Life Size: Elungat makes a grand return

Peter Elungat's Mother and Child painting at Ardhi Gallery during the Life Size exhibition on May 4, 2024.

Photo credit: Margaretta wa Gacheru | Nation Media Group

Being the baby in his father’s first litter of children, Peter Elungat first learned to paint by copying the artworks of his oldest brother Hosea who was at least a decade older than he was. He was barely out of nappies at the time.

“Art was fascinating to me from an early age,” he tells the BDLife. “I used to love reading the Friday Daily Nation (which my father brought home regularly) since it used to showcase great artists like Mary Collis and Jak Katarikawe. I also found a calendar that had their artworks in it, and I would copy their paintings,” he says shamelessly.

He didn’t have funds to attend art school, so he literally learned his painterly skills by emulating those artists he admired.

He eventually made it to the Kuona Trust which had a library where he had his first encounters with artists like Rembrandt, Michelangelo, and Caravaggio whose hot-blooded passion so apparent in his art particularly impressed Elungat. Kuona is also where he met Kenyan artists like Patrick Mukabi, Richard Kimathi, Jimnah Kimani, Michael Soi, Kyalo Justus, Maggie Otieno, and many others.

Kuona is also where he met Carol Lees of One Off Gallery who helped him have his first solo show at Yaya Centre in 2001. His close association with Carol and One Off, which morphed for 10 years into RaMoMa, and back into One Off lasted until 2017 when he chose to disconnect from the gallery system altogether and strike out on his own.

It was a radical move on Elungat’s part, but he’d felt a strong impulse to assert his artistic freedom and independence. Some people felt he was ungrateful for all that One Off had done for him. But others appreciated his joining the ranks of a myriad of struggling Kenyan artists. Either way, Elungat felt he was being true to himself.

Peter Elungat's 'Echos of the Spirit' painting at Ardhi Gallery during the Life Size exhibition on May 4, 2024. 

Photo credit: Margaretta wa Gacheru | Nation Media Group

“There was a proverb posted on one wall at Kuona, which I’ll never forget. It read (in translation) ‘Be committed to the purpose that brought you here.’ His purpose, he says, is to allow the free flow of ideas to pass through him onto canvas.

It sounds slightly esoteric, but Elungat admits he doesn’t see himself so much as a creator as a messenger.

In his current exhibition at Ardhi Gallery entitled Life Size, one can see that soulful sense expressed in works like ‘Echoes of the Spirit, Sound of and Angel, and The Biography of a Spirit. And even in the one sculpture he has in the show, it’s entitled Soul of a Tree. Not that he aspires to express himself as a sculptor. This five-foot by five-foot abstract work made with ‘gifted’ wire, acacia tree branches, and baby bamboo polls evolved by serendipitous means.

Now that he has shifted his studio to his home in Kitengela, he has a garden where he’s planted flowers and other decorative plants, lots of leafy vegetables and spices, but also acacia trees and bamboo. Having pruned one acacia, he saw its branches being the frame of the work. It was like the same process in which he paints, which is gradually, layer by layer.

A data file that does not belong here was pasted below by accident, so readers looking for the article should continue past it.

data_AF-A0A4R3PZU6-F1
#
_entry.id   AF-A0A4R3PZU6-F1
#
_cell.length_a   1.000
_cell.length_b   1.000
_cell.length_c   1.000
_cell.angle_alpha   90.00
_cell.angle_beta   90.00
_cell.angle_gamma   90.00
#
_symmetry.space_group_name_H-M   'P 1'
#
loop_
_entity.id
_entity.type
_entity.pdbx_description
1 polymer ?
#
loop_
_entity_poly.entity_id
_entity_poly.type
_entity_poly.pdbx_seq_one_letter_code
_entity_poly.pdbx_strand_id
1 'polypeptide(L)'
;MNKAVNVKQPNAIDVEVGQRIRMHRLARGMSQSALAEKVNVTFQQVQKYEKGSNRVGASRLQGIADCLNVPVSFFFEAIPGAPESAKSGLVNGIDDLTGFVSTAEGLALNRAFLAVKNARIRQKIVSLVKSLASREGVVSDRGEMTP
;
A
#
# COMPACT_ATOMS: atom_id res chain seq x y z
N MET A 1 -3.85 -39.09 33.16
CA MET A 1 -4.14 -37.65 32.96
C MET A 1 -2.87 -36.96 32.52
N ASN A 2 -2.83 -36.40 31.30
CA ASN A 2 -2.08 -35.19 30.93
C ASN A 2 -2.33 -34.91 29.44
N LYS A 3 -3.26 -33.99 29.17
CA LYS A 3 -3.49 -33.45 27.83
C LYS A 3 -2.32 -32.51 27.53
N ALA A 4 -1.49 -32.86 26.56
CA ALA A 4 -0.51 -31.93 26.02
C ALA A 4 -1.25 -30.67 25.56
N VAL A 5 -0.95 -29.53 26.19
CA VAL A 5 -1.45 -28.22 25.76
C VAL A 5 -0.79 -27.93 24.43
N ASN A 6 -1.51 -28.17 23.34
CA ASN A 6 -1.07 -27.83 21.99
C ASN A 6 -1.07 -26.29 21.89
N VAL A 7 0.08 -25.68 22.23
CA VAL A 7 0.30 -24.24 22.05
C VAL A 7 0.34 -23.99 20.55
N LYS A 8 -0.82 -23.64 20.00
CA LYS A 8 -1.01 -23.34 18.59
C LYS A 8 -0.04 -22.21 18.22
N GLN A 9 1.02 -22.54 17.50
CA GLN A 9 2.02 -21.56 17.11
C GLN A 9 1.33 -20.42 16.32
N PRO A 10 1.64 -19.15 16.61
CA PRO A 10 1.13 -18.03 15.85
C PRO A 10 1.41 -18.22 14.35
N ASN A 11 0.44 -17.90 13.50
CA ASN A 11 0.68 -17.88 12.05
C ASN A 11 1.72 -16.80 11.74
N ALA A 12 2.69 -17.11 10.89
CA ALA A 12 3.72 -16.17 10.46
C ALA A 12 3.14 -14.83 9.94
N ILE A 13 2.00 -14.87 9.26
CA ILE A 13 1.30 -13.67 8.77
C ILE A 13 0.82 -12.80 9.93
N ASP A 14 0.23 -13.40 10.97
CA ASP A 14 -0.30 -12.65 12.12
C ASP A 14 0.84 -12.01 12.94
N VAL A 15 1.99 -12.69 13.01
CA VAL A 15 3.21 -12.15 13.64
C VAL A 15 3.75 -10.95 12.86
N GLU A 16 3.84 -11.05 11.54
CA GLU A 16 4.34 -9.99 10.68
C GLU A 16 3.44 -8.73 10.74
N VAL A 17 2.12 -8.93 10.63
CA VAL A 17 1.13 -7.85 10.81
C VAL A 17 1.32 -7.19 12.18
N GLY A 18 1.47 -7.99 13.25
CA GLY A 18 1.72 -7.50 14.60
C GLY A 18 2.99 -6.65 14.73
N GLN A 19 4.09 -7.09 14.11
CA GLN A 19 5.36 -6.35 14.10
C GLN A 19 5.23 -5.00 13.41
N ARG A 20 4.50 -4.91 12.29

Peter Elungat's Sound of an Ange painting at Ardhi Gallery during the Life Size exhibition on May 4, 2024.

Photo credit: Margaretta wa Gacheru | Nation Media Group

That’s how the bamboo got into the act and the wire gifted to him by a neighbour. Today it stands at the entrance of the exhibition which includes two women artists, Olga Tapiola and Lily D’Olce whose works occupy a whole other wing of this vast gallery.

All of the artist’s works in this show, apart from three which share a dark chiaroscuro style and are practically half the size of a painting that feels quite alien to all the rest of his works, except that Elungat’s drawings are beautiful.

Yet the show as a whole reflects a tremendous diversity in its subject matter, while all are painted in oil on canvas and all have never been shown in public before.

The exhibition itself happened by serendipitous means. Both Elungat and Christine Oguna, the co-owner of Ardhi Gallery happened to be visiting the Mukuru Artists Collective on the same day.

Peter Elungat's In the Garden painting at Ardhi Gallery during the Life Size exhibition on May 4, 2024.

Photo credit: Margaretta wa Gacheru | Nation Media Group

Elungat had already begun having artists working in residence with him at his studio in Kitengela. And Christine had planned on having an all-women’s exhibition but postponed it temporarily, but some of the young women who’d planned to be in it, could be good candidates for one of Elungat’s artists residencies.

So they combined forces: she directed four young women to apply to go to Kitengela, and he agreed. Their residency is just ending now, and he’s got his exhibition. So all are happy with their collaboration.

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